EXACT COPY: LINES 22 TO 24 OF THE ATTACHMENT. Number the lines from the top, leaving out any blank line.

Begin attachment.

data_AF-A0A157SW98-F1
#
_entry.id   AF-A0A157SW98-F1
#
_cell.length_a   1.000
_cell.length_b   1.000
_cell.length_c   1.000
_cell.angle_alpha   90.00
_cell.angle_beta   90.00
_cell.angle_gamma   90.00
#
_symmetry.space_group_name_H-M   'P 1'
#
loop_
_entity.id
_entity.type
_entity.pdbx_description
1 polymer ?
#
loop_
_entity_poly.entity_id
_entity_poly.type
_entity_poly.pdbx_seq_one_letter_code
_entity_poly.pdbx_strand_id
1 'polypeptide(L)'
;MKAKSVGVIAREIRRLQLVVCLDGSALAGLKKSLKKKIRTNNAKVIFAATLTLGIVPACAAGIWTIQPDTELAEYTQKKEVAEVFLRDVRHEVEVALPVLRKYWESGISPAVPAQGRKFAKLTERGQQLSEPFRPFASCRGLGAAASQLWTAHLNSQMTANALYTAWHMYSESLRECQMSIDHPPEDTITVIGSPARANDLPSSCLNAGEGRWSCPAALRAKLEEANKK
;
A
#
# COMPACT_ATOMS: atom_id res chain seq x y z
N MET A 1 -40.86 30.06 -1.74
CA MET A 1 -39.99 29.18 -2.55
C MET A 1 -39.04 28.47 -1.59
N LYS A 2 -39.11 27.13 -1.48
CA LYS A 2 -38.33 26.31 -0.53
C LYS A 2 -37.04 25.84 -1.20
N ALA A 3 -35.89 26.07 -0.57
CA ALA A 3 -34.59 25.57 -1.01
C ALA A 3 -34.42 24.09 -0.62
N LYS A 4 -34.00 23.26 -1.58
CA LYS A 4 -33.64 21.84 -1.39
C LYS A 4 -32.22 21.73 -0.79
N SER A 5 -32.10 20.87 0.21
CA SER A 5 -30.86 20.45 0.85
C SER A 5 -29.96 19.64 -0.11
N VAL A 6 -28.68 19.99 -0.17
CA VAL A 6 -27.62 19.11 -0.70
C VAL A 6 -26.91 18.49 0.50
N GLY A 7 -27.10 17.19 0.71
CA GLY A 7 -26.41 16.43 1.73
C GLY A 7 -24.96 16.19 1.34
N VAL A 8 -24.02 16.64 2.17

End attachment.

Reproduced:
_entity_poly.type
_entity_poly.pdbx_seq_one_letter_code
_entity_poly.pdbx_strand_id